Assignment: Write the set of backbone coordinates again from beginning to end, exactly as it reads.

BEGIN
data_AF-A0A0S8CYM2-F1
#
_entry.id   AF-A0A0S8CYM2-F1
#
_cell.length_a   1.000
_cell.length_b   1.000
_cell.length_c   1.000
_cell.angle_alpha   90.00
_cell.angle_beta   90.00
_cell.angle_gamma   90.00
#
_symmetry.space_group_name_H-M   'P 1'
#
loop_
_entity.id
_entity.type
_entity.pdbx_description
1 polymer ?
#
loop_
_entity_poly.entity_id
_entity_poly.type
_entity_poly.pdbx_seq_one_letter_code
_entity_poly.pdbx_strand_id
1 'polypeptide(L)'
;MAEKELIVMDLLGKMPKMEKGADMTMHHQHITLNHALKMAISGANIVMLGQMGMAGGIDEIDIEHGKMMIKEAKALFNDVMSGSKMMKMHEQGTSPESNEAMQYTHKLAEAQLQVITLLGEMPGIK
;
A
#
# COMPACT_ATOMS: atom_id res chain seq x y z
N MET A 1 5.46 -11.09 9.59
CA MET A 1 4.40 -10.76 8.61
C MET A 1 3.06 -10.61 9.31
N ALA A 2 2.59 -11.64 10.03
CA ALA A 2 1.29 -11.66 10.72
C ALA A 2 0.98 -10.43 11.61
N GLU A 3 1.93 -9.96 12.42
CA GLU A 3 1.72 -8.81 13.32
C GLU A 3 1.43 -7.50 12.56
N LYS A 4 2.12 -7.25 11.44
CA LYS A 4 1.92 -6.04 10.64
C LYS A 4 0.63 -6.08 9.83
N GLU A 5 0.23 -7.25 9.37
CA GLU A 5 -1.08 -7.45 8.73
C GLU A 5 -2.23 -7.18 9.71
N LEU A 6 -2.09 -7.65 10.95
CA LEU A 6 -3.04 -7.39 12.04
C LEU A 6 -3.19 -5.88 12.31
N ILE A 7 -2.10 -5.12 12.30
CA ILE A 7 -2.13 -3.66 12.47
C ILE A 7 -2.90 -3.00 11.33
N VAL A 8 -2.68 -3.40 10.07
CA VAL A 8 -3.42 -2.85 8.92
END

data_AF-A0A0S8CYM2-F1
#
_entry.id   AF-A0A0S8CYM2-F1
#
_cell.length_a   1.000
_cell.length_b   1.000
_cell.length_c   1.000
_cell.angle_alpha   90.00
_cell.angle_beta   90.00
_cell.angle_gamma   90.00
#
_symmetry.space_group_name_H-M   'P 1'
#
loop_
_entity.id
_entity.type
_entity.pdbx_description
1 polymer ?
#
loop_
_entity_poly.entity_id
_entity_poly.type
_entity_poly.pdbx_seq_one_letter_code
_entity_poly.pdbx_strand_id
1 'polypeptide(L)'
;MAEKELIVMDLLGKMPKMEKGADMTMHHQHITLNHALKMAISGANIVMLGQMGMAGGIDEIDIEHGKMMIKEAKALFNDVMSGSKMMKMHEQGTSPESNEAMQYTHKLAEAQLQVITLLGEMPGIK
;
A
#
# COMPACT_ATOMS: atom_id res chain seq x y z
N MET A 1 5.46 -11.09 9.59
CA MET A 1 4.40 -10.76 8.61
C MET A 1 3.06 -10.61 9.31
N ALA A 2 2.59 -11.64 10.03
CA ALA A 2 1.29 -11.66 10.72
C ALA A 2 0.98 -10.43 11.61
N GLU A 3 1.93 -9.96 12.42
CA GLU A 3 1.72 -8.81 13.32
C GLU A 3 1.43 -7.50 12.56
N LYS A 4 2.12 -7.25 11.44
CA LYS A 4 1.92 -6.04 10.64
C LYS A 4 0.63 -6.08 9.83
N GLU A 5 0.23 -7.25 9.37
CA GLU A 5 -1.08 -7.45 8.73
C GLU A 5 -2.23 -7.18 9.71
N LEU A 6 -2.09 -7.65 10.95
CA LEU A 6 -3.04 -7.39 12.04
C LEU A 6 -3.19 -5.88 12.31
N ILE A 7 -2.10 -5.12 12.30
CA ILE A 7 -2.13 -3.66 12.47
C ILE A 7 -2.90 -3.00 11.33
N VAL A 8 -2.68 -3.40 10.07
CA VAL A 8 -3.42 -2.85 8.92